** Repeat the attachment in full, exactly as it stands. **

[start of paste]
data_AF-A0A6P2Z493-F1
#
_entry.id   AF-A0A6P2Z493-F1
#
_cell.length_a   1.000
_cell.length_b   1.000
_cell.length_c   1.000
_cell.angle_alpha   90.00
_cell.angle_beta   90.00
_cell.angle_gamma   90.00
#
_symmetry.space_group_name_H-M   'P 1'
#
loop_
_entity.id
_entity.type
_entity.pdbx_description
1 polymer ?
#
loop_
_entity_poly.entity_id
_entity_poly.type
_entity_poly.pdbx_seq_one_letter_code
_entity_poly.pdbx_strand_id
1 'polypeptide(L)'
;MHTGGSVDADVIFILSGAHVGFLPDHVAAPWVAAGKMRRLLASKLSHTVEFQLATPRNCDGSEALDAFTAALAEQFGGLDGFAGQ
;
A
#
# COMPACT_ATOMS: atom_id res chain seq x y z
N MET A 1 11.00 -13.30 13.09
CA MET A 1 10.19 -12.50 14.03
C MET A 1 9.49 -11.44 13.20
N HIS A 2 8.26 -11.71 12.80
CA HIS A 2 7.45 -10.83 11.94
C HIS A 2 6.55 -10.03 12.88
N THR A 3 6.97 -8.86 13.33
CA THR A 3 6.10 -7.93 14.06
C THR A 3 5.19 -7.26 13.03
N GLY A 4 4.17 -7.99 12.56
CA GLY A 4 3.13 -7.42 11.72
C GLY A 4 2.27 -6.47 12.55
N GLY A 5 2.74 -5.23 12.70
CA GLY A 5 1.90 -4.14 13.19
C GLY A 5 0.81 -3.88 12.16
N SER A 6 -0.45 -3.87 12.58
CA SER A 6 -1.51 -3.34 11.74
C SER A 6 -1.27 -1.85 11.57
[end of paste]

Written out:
data_AF-A0A6P2Z493-F1
#
_entry.id   AF-A0A6P2Z493-F1
#
_cell.length_a   1.000
_cell.length_b   1.000
_cell.length_c   1.000
_cell.angle_alpha   90.00
_cell.angle_beta   90.00
_cell.angle_gamma   90.00
#
_symmetry.space_group_name_H-M   'P 1'
#
loop_
_entity.id
_entity.type
_entity.pdbx_description
1 polymer ?
#
loop_
_entity_poly.entity_id
_entity_poly.type
_entity_poly.pdbx_seq_one_letter_code
_entity_poly.pdbx_strand_id
1 'polypeptide(L)'
;MHTGGSVDADVIFILSGAHVGFLPDHVAAPWVAAGKMRRLLASKLSHTVEFQLATPRNCDGSEALDAFTAALAEQFGGLDGFAGQ
;
A
#
# COMPACT_ATOMS: atom_id res chain seq x y z
N MET A 1 11.00 -13.30 13.09
CA MET A 1 10.19 -12.50 14.03
C MET A 1 9.49 -11.44 13.20
N HIS A 2 8.26 -11.71 12.80
CA HIS A 2 7.45 -10.83 11.94
C HIS A 2 6.55 -10.03 12.88
N THR A 3 6.97 -8.86 13.33
CA THR A 3 6.10 -7.93 14.06
C THR A 3 5.19 -7.26 13.03
N GLY A 4 4.17 -7.99 12.56
CA GLY A 4 3.13 -7.42 11.72
C GLY A 4 2.27 -6.47 12.55
N GLY A 5 2.74 -5.23 12.70
CA GLY A 5 1.90 -4.14 13.19
C GLY A 5 0.81 -3.88 12.16
N SER A 6 -0.45 -3.87 12.58
CA SER A 6 -1.51 -3.34 11.74
C SER A 6 -1.27 -1.85 11.57